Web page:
Player Profile: Harry Arter

Fulhamish 6th August 2019

With Fulham signing Harry Arter on a season-long loan from Bournemouth, what can we expect to see from the Irishman? Tim Clarke and Jack Collins offer their takes.

Tim Clarke

For those who moan about Fulham buying unknown players from the Belgium second league, Harry Arter may well be a dream come true. As Scotty’s brother-in-law, it would be almost impossible for him to be more familiar (in any sense of the word).

In a footballing sense, Arter has plied his trade in both the Championship and the Prem for the last six years, so he won’t need the same period of adjustment as some of our previous signings. Surely a plus point, after a sticky start to the season, and after a game where both StefJo and KMac struggled to dominate a fiesty Barnsley midfield.

Arter has experience up and down the English Leagues

So, what exactly have Fulham acquired in Harry Arter? Firstly, he’s 29, so Fulham are likely thinking short term here. Secondly, he plays as a box to box midfielder, and he will compete with StefJo for a spot in the starting XI.

Now. Take several deep breaths. Arter has played consistently in the Premier League, you may say. Stef is past it! There may be some validity to that. Arter’s stats from 18/19 (while not amazing) do suggest that he is strong on the ball, his passing accuracy is higher than StefJo.

Arters numbers, albeit in a struggling Cardiff side, do suggest some weaknesses to his game

But simply inserting ‘better’ players at the expense of embedded players was the MO for Fulham this time last year… The less said of that, the better.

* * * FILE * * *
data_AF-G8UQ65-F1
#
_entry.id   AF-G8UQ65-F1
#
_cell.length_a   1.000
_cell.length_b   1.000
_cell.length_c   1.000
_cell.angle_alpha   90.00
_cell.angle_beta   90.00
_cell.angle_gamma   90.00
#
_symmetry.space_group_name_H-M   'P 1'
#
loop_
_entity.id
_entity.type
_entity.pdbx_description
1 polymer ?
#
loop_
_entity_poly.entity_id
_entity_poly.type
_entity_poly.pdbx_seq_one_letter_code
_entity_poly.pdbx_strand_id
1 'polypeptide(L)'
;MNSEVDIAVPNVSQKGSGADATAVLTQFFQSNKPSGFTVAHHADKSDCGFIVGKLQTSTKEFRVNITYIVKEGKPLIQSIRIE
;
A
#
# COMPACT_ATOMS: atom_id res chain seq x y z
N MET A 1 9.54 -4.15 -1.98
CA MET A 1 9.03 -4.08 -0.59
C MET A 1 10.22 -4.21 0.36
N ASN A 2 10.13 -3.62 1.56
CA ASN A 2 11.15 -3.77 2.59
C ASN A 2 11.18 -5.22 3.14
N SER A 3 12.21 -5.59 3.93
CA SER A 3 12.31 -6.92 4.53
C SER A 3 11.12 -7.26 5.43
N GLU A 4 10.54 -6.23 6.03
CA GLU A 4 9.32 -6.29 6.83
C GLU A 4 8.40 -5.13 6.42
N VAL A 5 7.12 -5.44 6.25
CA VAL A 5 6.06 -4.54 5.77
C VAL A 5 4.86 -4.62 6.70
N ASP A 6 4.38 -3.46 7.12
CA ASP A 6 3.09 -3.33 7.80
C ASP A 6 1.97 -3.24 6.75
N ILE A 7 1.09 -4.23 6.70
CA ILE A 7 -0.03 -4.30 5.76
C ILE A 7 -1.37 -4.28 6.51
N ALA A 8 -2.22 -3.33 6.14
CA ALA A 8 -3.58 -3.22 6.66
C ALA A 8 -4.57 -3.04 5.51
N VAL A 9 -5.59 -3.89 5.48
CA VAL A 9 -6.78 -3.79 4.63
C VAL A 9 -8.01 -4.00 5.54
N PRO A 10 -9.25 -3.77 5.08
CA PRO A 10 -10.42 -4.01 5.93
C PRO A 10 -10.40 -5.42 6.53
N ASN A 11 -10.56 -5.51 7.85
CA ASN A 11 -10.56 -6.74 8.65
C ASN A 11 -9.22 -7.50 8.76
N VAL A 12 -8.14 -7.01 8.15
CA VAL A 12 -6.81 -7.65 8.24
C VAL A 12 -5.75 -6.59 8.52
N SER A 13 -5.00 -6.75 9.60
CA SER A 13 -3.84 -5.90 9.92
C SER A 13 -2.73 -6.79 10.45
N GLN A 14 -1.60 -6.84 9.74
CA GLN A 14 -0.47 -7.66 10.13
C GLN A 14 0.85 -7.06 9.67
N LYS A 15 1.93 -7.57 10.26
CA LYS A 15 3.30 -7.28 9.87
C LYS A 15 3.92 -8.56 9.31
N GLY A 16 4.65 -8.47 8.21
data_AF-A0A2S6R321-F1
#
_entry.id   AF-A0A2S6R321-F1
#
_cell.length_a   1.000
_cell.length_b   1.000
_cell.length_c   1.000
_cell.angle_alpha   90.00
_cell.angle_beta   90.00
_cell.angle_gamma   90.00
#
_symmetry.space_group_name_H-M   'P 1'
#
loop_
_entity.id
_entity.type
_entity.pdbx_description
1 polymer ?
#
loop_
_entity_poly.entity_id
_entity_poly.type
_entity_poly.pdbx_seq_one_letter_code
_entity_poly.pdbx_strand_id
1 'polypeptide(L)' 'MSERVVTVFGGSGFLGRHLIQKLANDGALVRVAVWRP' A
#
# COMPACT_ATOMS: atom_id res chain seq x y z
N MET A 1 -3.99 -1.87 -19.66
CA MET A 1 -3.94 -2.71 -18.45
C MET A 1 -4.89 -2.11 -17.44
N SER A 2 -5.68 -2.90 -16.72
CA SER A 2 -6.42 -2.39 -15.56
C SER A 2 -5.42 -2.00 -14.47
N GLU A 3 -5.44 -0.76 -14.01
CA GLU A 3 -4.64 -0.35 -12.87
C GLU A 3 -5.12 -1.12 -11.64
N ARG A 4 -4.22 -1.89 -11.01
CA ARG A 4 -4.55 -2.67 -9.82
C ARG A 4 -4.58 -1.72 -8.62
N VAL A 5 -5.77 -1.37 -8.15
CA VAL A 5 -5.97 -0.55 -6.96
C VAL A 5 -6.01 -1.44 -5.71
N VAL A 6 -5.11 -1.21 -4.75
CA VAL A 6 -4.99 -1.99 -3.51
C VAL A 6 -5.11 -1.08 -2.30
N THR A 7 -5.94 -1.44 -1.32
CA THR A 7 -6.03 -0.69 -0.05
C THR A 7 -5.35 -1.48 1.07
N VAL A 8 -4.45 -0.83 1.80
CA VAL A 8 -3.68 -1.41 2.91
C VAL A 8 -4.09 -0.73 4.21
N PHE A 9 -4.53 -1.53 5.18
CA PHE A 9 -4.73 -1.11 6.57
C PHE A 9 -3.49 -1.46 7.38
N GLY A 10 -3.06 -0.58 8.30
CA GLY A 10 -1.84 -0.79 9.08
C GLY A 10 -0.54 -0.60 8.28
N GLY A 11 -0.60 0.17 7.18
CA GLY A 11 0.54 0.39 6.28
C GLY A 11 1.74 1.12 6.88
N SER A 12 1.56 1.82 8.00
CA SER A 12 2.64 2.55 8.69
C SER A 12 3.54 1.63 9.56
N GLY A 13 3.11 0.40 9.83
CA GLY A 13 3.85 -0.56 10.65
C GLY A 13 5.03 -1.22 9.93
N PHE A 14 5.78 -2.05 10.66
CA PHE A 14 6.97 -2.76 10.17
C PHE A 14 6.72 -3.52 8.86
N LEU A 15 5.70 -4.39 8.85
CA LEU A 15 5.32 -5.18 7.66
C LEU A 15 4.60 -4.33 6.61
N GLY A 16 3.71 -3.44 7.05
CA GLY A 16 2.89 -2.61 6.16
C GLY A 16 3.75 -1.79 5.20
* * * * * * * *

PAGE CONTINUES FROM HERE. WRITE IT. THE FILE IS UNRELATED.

At worst, we have signed a very competent player to challenge for the starting XI. But at best, he may provide some much-needed energy and stability in the centre of the park. I’d say it’s “risk free”, but that sentence makes me break out in hives. 

Ultimately, there is a lot up for grabs at this early stage of the season, and it’s almost impossible to know how the central midfield will look under Scotty. Just remember, it’s not nepotism if he becomes the new Ollie Norwood.

Jack Collins

Screams necessity, this signing, doesn’t it? Whilst a competing 8 is hardly on paper what the Whites have been crying out for all season, it’s useful to remember that Arter has the necessary smarts and nous to do a job in both the deeper roles in midfield. Why is this important?

Harry Arter offers flexibility in the middle of the park (Credit Wyscout)

Well, something that was apparent at the weekend against Barnsley was that KMac, pain me as it does to say it, was crucially and fundamentally off the pace. StefJo, not for a lack of effort, also lacked some of the dynamic ability to transition through phases which was so crucial to the way that Fulham played under Slavisa.

Something else to be excited about (perhaps) is Arter’s combative nature. Like Stef, he offers a real fight and steel in the middle – perhaps too much so at times – but if it’s heart and soul and big tackles you’re after, then this is the man for it.

If Arter can add some support and dynamism to a midfield lacking in either, and help kickstart Fulham’s season, then he will quickly be viewed as a successful signing.